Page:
September 2011, Volume 32, Issue 7
Published by AEGIS Communications
HIOSSEN: Innovation, Education Keys to Implant Success
Bob Lee, Executive Director of HIOSSEN Inc., believes the "expansion, if not explosion" of the use of implants is due to growing acceptance by clinicians and patients and their inclusion among treatment options by an increasing number of insurance companies. "Urban myths that implants are risky or only for the rich are clearly over," he claims.
Lee credits a number of factors for an ever-increasing implant success rate, which he says now surpasses 95%. Not the least of these factors is such advanced technology as CAD/CAM and computed tomography (CT). "CT technology has enabled better treatment plans, more accurate surgeries, and higher implant success rates by helping practitioners precisely diagnose patients' oral health and bone quality," he says.
Lee notes, however, that while these innovations have made the implant process simpler, faster, and safer, only about 20% of practitioners are placing implants in the United States, so there is plenty of room for industry growth. Conversely, he points out the penetration achieved in South Korea—home of HIOSSEN's parent company, Osstem Implant—is up to 85% of clinicians using implants. He attributes this to the dramatically higher adoption rate in Korea to an emphasis on professional education and customer service, two elements that he says are part of HIOSSEN's "complete package to the practitioners."
HIOSSEN features an education division known as Advanced Implant Courses (AIC), which Lee says "has established itself as among the finest surgical-based implant continuing education institutions to provide realistic and practical implant training to clinicians." Three courses are available—basic, advanced, and 1-day seminars—all with hands-on sessions and some with live surgeries. They are conducted worldwide, including at 10 US sites.
In addition to AIC, HIOSSEN sales representatives provide a range of personal services to clinicians. "We do our best to be a long-term partner for the clinicians' success and believe that we can grow and expand only if our customers grow and expand," he says. "From product assistance, practice management, surgery assistance, to staff and patient management, it is like adding an implant coordinator to your practice, free of charge. We will be at the clinician's office on every implant surgery until the clinician feels absolutely comfortable doing it all by himself or herself."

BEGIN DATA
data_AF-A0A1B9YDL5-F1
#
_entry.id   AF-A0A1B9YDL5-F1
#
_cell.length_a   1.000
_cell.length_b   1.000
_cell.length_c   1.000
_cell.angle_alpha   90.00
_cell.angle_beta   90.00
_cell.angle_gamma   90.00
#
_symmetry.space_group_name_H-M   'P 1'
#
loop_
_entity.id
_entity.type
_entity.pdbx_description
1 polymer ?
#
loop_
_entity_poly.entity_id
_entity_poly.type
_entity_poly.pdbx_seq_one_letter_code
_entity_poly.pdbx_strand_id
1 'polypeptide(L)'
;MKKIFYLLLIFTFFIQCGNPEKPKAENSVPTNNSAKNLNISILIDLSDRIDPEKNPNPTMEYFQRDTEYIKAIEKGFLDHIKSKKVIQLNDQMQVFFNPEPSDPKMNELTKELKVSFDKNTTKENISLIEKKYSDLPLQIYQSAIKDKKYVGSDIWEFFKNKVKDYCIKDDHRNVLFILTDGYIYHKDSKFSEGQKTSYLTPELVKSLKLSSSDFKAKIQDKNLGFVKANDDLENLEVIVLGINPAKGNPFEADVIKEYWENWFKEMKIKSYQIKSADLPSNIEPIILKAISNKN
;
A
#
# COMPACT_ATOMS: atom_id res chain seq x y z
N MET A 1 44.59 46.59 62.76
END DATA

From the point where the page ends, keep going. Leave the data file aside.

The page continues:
As for the company's products, practitioners have many surgical and restorative options to choose from. Implants range in size from from 2.5 mm to 7 mm. Lee adds, "The ability to provide integrated platform switching helps minimize bone loss to enhance the esthetics and stability of the soft tissue, not to mention improve surface treatment and fixture design."
Lee notes that newly launched products from HIOSSEN such as the Crestal Approach Sinus (CAS) Kit and ET III fixtures with SA (sandblasted and acid-etched) surface treatment have been well received. He adds that new technologies "to further our already enhanced biocompatible and user-friendly products" are currently in progress in the company's research and development department.
While Lee makes it clear that HIOSSEN is seeking to expand sales by breaking into new markets, he says it is committed to educating professionals and the public in hopes of bringing implant products to more people. In fact, the company has a lofty goal in mind: "HIOSSEN would like to see a minimum of 60% of practitioners place implants in the United States within the next 5 years."
As confidence in implants rises and pricing becomes more competitive, it just might happen.
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